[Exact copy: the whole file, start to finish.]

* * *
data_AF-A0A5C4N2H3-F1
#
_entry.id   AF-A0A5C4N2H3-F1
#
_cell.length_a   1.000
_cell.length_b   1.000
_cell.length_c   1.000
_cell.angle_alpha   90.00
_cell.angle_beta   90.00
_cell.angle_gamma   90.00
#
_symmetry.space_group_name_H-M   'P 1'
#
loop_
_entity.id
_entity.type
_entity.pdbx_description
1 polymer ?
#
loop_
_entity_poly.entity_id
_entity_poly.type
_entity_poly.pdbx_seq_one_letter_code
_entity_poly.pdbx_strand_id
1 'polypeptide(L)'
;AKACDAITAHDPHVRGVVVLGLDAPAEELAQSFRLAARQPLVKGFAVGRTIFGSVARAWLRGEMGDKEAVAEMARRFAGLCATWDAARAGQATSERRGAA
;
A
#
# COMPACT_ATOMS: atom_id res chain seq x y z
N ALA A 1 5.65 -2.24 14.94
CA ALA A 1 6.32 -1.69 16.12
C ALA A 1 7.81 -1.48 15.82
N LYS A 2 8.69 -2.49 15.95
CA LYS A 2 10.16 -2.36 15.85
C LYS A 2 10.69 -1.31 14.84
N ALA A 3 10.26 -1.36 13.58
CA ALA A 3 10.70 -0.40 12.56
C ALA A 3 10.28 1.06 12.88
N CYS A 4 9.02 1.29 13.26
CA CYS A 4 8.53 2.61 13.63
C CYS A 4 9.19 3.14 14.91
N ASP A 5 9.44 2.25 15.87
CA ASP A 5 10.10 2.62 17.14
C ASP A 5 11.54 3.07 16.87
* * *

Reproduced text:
data_AF-A0A5C4N2H3-F1
#
_entry.id   AF-A0A5C4N2H3-F1
#
_cell.length_a   1.000
_cell.length_b   1.000
_cell.length_c   1.000
_cell.angle_alpha   90.00
_cell.angle_beta   90.00
_cell.angle_gamma   90.00
#
_symmetry.space_group_name_H-M   'P 1'
#
loop_
_entity.id
_entity.type
_entity.pdbx_description
1 polymer ?
#
loop_
_entity_poly.entity_id
_entity_poly.type
_entity_poly.pdbx_seq_one_letter_code
_entity_poly.pdbx_strand_id
1 'polypeptide(L)'
;AKACDAITAHDPHVRGVVVLGLDAPAEELAQSFRLAARQPLVKGFAVGRTIFGSVARAWLRGEMGDKEAVAEMARRFAGLCATWDAARAGQATSERRGAA
;
A
#
# COMPACT_ATOMS: atom_id res chain seq x y z
N ALA A 1 5.65 -2.24 14.94
CA ALA A 1 6.32 -1.69 16.12
C ALA A 1 7.81 -1.48 15.82
N LYS A 2 8.69 -2.49 15.95
CA LYS A 2 10.16 -2.36 15.85
C LYS A 2 10.69 -1.31 14.84
N ALA A 3 10.26 -1.36 13.58
CA ALA A 3 10.70 -0.40 12.56
C ALA A 3 10.28 1.06 12.88
N CYS A 4 9.02 1.29 13.26
CA CYS A 4 8.53 2.61 13.63
C CYS A 4 9.19 3.14 14.91
N ASP A 5 9.44 2.25 15.87
CA ASP A 5 10.10 2.62 17.14
C ASP A 5 11.54 3.07 16.87